Ending Foreground Processes The keyboard signal “quit” can be used to stop a foreground process. The “CTRL-\” keys can also be used to quit a process. The quit signal destroys the process and sometimes makes a copy of the CPU memory associated with the process at the time of exit. The copy is called a core file.
Ending Background Processes The “kill” command can be used to terminate a process running in the background. The command requires the PID of the process as the second argument. The “kill –l” command can be used to list all the kill signals available for the current system.
Ending Background Processes Listing of All Signals
Terminating a Process that is not Responding The following tasks should be carried out to terminate a process: A new terminal should be started. The current terminal port should be identified at the new login or terminal. All the processes should be listed. The PID of the particular process should be identified and the ‘kill’ command should be used to terminate it.
Managing Jobs A command-line that instructs the shell to start several processes with the output from the first connecting to the second and so on, is called a job. All modern shells allow users to start, suspend, make active, and kill the processes associated with a job.
Managing Jobs Suspending a job. Identifying the most recent job. Killing a particular job.
Suspending a Job The “stty –a” command is used to describe a list of CTRL key settings used by the terminal and the shell for communication. The CTRL-Z key is used to suspend a job. The suspended job does not use the system memory. The “fg” command is used to bring the last suspended job into the foreground.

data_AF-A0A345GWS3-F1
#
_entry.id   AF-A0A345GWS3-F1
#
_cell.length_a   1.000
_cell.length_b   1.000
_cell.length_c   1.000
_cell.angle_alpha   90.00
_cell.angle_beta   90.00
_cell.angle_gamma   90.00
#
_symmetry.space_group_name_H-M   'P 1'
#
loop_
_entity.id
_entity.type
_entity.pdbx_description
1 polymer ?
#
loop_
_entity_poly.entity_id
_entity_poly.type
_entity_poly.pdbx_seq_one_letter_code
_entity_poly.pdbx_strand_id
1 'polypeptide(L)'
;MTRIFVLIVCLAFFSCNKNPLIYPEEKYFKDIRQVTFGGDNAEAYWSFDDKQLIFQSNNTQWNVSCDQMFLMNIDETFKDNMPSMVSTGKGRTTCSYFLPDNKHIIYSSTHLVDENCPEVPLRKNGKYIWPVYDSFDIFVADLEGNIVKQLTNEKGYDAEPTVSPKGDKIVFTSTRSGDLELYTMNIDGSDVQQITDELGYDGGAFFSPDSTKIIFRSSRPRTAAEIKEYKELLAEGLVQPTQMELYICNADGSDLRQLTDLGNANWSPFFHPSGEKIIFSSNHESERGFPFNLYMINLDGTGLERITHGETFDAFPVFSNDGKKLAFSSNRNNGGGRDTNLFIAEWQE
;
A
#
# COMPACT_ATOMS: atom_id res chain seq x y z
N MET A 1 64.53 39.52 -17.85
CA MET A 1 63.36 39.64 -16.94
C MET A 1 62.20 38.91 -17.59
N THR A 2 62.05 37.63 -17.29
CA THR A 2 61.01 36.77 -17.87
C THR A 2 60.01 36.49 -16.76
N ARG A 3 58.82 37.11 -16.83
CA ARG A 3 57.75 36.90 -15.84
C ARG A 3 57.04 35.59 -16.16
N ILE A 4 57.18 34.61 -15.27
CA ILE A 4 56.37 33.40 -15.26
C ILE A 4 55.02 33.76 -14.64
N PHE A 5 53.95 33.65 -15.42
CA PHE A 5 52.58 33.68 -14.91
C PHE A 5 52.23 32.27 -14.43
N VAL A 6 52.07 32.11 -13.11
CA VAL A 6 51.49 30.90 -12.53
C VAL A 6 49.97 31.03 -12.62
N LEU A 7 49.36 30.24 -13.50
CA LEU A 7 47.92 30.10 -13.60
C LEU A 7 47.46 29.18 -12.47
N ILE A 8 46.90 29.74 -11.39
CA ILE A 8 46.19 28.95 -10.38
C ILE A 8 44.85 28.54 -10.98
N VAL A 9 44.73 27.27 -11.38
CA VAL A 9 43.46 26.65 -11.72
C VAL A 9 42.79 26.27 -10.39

Suspending a Job The “jobs” program lists all background and suspended jobs and their status. The “jobs” command is a shell built-in command. A job’s output is divided into four columns – the job number, the order, the status, and the command being executed.
Identifying the Most Recent Job The “fg %+” is used to bring the most recently suspended job to the foreground. The “fg %-” is used to bring the second most recently suspended job to the foreground.
Identifying the Most Recent Job The job number can also be used to get a job to the foreground. For example, “fg %2”, where %2 specifies the job with the job number 2. The job name can also be used to get a job to the foreground.
Killing a Job The “kill %+” command is used to kill the most recent job in the job list. The job number can also be passed as an argument to kill that particular job. The job name can also be passed as an argument to kill a job. Care should be taken while killing a job. We must not kill wrong jobs.
Exiting/Quitting When Jobs Have Been Stopped Job control is a very useful method of managing processes. UNIX job control provides a method of warning the users of stopped or running background jobs when an attempt is made to log out or exit a process. It logs out without warning when we issue the same command again, resulting in loss of unsaved data.
Summary Programs running in a system are executed by a process that reads the appropriate code and accomplishes the tasks. All the processes have their own unique PID, the PID of their parent, an owner, group, memory, code, input, output, error, and their tty port.
A command-line that consists of one process or a series of processes connected by pipes is called a job. The kill command terminates processes identified by either their process ID or job number/job name. Summary